A comprehensive Travel Agent training program is offered by the International Cruise Council Australasia, that was originally based on CLIA (Cruise Lines International Association - USA) Cruise Counsellor Certification Program. Enhanced to better reflect local market conditions the ICCA training has two levels of achievement...The Cruise Consultant Certification Program allows customers to recognize those dedicated agents who have developed extensive cruise industry knowledge and superior selling skillsGoldring Travel, and myself specifically, is a CLIA designated Elite Cruise Counselor with a Luxury Cruise Specialist Designation.  That is far more of an achievement than a member, a "certified cruise counsel" or an "accredited cruise counselor".  Look it up here and here I guess you can recognize it, but the ICCA shuts its eyes.  Why? 

International Cruise Council Australasia training is fully endorsed by the Australian Federation of Travel Agents.  Wait a Second...Again!  I am a non-resident member of the AFTA!  So the ICCA tauts that it's training is endorsed by the entity that I am a member of, but I can't be a member of it...substantively because why?

So Goldring Travel has a $1,000,000 Errors and Omissions Insurance Policy, is a member of the Better Business Bureau, is highly trained, extremely well experienced, has numerous international clients (including Aussies and Kiwis), has direct business experience in Australia and is a member of an important Australia trade association, but cruise lines like Oceania Cruises won't allow you to book your cruises with me and the ICCA won't allow me membership. 

Can you think of a single reason as to how that protects you, the consumer?

Can you think of a single reason as to how that allows you to book with the most knowledgeable travel agent?

Can you think of a single reason as to how that allows you to book with the travel agent that will give you the best service?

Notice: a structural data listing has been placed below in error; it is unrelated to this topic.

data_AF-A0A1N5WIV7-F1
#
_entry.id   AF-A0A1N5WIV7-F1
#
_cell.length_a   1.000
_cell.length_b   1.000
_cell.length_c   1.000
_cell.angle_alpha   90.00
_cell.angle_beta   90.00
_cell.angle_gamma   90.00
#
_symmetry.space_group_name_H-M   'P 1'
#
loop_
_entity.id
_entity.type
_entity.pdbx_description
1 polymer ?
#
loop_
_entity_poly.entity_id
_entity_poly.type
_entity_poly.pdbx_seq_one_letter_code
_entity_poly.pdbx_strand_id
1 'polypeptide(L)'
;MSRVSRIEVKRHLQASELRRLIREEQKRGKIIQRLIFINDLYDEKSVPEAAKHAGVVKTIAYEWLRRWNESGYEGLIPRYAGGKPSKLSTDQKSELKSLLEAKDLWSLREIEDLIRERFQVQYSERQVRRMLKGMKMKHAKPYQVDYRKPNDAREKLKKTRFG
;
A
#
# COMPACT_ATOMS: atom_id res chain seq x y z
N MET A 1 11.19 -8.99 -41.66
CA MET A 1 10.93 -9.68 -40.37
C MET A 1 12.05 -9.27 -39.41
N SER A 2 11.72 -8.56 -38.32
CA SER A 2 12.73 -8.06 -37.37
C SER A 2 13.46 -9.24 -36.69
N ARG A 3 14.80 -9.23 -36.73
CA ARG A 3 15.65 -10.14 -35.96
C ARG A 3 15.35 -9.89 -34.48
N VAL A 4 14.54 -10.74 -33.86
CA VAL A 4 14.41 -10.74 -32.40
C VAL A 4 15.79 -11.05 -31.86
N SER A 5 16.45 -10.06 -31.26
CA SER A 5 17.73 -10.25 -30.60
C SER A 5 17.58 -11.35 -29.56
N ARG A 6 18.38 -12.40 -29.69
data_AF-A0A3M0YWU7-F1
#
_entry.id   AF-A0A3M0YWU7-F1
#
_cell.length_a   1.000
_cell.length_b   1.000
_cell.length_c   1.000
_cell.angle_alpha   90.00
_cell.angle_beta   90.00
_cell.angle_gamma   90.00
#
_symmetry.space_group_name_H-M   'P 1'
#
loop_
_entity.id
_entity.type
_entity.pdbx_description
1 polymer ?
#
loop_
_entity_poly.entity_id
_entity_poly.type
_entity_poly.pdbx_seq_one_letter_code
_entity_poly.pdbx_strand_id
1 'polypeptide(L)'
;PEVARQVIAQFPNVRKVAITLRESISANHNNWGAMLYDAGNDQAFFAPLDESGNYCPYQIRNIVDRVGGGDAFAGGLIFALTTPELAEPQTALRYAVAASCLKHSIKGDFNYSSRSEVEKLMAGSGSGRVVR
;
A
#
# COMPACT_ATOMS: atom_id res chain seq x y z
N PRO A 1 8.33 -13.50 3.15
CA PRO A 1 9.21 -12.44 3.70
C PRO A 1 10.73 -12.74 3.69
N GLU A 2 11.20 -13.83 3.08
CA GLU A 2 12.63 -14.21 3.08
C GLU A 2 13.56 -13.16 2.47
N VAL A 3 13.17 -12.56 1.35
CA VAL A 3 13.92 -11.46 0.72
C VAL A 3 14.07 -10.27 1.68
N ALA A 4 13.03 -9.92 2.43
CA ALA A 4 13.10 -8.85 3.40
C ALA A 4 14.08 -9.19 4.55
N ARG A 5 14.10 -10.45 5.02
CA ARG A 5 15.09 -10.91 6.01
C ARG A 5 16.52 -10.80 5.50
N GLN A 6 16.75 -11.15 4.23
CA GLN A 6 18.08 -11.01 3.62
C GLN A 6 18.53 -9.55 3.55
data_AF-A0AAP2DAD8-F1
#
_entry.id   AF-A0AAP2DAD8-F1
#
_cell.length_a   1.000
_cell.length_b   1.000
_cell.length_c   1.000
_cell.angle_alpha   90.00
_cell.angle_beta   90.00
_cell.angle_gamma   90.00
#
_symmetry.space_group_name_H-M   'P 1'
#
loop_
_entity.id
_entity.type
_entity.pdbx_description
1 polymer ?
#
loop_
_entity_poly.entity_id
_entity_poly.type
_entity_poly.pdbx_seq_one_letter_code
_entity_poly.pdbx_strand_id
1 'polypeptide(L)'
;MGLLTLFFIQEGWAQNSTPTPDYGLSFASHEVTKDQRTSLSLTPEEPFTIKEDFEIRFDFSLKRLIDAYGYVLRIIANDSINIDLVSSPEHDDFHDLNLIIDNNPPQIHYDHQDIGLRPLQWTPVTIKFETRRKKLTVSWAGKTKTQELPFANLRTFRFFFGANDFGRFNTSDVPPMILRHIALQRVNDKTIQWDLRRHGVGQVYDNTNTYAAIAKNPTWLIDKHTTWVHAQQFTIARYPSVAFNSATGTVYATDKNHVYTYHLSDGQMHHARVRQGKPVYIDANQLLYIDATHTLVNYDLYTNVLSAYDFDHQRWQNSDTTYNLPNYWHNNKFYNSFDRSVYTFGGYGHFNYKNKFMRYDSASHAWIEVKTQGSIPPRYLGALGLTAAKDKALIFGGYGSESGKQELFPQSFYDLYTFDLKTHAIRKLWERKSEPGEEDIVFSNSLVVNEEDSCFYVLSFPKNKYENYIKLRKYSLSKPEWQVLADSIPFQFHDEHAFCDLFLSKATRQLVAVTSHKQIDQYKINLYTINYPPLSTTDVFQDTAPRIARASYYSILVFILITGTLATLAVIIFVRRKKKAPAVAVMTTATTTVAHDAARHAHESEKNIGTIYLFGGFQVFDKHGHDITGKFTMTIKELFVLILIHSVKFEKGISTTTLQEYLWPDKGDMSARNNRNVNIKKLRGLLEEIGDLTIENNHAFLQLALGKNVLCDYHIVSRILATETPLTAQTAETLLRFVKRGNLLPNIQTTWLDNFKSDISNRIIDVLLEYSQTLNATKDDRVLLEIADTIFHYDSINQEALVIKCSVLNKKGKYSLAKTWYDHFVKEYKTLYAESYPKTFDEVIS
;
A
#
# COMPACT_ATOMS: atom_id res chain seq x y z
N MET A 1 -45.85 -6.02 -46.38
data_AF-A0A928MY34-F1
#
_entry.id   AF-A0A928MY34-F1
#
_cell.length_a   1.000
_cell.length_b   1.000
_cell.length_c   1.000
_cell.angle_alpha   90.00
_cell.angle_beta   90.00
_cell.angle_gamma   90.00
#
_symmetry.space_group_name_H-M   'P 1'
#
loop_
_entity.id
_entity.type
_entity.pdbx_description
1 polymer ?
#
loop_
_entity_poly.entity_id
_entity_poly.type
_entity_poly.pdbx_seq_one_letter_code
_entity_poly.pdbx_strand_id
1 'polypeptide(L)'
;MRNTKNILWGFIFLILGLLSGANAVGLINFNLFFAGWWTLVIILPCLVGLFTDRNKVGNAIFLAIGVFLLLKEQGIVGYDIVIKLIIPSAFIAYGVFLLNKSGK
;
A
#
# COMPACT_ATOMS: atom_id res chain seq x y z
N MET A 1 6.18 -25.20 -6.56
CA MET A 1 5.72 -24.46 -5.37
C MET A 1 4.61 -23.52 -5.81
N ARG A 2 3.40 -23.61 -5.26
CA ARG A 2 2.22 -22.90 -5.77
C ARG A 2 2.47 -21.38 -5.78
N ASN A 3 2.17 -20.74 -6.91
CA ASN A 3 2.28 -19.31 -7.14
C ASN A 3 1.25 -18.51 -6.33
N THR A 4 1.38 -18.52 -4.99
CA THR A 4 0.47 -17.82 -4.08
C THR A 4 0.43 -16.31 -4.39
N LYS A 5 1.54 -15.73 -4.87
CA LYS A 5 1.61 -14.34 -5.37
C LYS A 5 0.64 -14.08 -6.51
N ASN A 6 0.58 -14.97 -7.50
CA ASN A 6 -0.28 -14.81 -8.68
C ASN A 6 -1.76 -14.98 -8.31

Can you think of a single reason as to how that allows you to book with the travel agent that has direct access to the cruise lines (rather than waiting days or weeks while an intermediary does it)?

Didn't think so.

My suggestions may be bold, but they are something to consider:  Complain to your legislators and book with cruise lines that allow you to be adults and choose the best travel agent rather than the ones that are not nearly as qualified, but who are protected...and then suffering through the incompetence, delays and misinformation forced upon you.

To be sure I am sure there are a few excellent Australian travel agents, but do you really want to have happen Down Under what has happened in the United Kingdom where a handful of travel agencies sell almost all of the cruises?  Not very consumer friendly, is it?

Goldring Travel's motto is, "Be Treated By Your Travel Agent As You Will Be Onboard!"  Ask your travel agent, "Have you ever even been onboard?"

Tuesday, April 5, 2011

Introducing Seabourn Quest's Master: Captain Geir-Arne Thue-Nilsen

I am so happy to be able to announce that Captain Geir-Arne Thue-Nilsen has officially been named the Master of the Seabourn Quest. 


He will be boarding the Seabourn Quest on June 3, 2011 (the same day I board her) and will take the keys to his ship ('er, I mean, take command) on June 14, 2011 just prior to the Seabourn Quest's Inauguration and Maiden Voyage.